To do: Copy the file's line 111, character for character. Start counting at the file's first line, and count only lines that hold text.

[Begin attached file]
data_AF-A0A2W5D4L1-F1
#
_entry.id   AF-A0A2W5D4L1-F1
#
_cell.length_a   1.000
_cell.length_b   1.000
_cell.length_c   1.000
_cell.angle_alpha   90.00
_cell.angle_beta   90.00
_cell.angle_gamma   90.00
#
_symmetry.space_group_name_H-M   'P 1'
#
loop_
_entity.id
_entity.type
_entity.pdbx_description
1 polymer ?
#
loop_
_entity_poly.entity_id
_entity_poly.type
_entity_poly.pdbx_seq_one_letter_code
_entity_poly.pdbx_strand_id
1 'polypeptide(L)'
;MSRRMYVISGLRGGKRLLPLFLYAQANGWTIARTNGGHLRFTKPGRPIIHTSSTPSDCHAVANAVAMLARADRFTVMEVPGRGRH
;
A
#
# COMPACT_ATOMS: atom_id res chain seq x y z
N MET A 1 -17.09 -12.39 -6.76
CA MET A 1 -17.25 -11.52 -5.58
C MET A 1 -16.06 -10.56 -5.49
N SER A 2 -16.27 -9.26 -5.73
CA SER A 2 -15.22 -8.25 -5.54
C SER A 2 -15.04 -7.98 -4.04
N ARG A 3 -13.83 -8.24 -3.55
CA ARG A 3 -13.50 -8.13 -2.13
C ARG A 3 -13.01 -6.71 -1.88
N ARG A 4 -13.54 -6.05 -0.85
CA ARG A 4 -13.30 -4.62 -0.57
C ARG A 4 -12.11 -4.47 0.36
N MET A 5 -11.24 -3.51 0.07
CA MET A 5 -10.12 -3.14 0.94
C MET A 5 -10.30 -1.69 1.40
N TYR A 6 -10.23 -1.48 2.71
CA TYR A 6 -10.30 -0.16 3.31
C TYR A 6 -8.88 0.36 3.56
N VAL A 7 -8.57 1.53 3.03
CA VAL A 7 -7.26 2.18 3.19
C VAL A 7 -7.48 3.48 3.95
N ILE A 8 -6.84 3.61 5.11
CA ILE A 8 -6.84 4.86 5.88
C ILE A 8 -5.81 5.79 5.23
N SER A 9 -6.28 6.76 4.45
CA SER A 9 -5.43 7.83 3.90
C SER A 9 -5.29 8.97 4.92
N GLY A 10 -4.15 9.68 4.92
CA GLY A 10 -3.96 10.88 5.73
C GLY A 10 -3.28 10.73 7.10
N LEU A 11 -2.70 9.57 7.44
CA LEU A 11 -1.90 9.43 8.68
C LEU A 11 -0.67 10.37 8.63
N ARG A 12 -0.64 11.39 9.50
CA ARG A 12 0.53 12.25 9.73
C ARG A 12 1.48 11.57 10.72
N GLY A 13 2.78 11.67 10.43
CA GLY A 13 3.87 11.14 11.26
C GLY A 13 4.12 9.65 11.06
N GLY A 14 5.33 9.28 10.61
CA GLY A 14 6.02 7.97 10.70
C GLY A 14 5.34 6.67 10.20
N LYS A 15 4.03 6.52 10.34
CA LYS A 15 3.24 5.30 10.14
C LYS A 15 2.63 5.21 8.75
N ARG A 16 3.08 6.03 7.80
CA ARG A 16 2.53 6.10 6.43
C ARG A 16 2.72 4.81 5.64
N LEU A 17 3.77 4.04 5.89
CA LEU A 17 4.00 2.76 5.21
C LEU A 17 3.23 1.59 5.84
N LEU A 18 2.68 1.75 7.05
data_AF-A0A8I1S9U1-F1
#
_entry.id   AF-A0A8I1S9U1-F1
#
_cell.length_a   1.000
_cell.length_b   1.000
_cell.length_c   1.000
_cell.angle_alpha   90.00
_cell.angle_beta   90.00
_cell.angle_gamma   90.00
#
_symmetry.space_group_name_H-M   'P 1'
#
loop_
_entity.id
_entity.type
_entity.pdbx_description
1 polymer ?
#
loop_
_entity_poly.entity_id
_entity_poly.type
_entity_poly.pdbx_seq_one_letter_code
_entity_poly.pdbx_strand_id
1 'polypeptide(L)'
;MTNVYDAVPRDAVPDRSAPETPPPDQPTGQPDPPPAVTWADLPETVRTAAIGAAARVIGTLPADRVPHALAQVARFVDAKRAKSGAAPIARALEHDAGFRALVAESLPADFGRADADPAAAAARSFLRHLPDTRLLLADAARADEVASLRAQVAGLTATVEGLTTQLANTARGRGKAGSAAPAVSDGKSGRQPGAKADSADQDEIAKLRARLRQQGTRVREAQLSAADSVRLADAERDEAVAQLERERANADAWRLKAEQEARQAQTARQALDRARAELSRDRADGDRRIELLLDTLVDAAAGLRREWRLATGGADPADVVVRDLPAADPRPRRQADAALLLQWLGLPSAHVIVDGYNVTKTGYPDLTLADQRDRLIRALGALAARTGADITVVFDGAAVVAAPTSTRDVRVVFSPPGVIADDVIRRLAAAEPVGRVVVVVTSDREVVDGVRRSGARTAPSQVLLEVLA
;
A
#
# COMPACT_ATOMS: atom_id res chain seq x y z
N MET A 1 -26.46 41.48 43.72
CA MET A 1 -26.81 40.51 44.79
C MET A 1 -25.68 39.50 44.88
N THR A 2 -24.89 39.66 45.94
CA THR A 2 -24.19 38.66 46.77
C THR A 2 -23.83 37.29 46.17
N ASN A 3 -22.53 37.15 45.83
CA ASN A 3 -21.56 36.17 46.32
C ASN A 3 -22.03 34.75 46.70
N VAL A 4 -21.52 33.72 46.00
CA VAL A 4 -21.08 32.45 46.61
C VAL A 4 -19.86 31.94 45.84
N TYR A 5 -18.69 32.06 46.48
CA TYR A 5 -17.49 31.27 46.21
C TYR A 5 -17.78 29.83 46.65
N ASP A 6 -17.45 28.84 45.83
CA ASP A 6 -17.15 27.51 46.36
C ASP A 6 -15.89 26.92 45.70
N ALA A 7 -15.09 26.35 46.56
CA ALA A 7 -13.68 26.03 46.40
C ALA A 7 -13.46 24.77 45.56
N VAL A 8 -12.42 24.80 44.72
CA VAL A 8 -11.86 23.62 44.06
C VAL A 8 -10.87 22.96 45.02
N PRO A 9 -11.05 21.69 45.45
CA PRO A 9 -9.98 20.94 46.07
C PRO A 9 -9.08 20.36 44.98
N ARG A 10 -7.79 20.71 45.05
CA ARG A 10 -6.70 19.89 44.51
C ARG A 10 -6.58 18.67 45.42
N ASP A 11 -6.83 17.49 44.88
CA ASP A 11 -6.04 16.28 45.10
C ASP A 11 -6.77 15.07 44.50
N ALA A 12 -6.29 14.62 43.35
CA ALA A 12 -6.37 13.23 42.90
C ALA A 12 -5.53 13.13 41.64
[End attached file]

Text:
#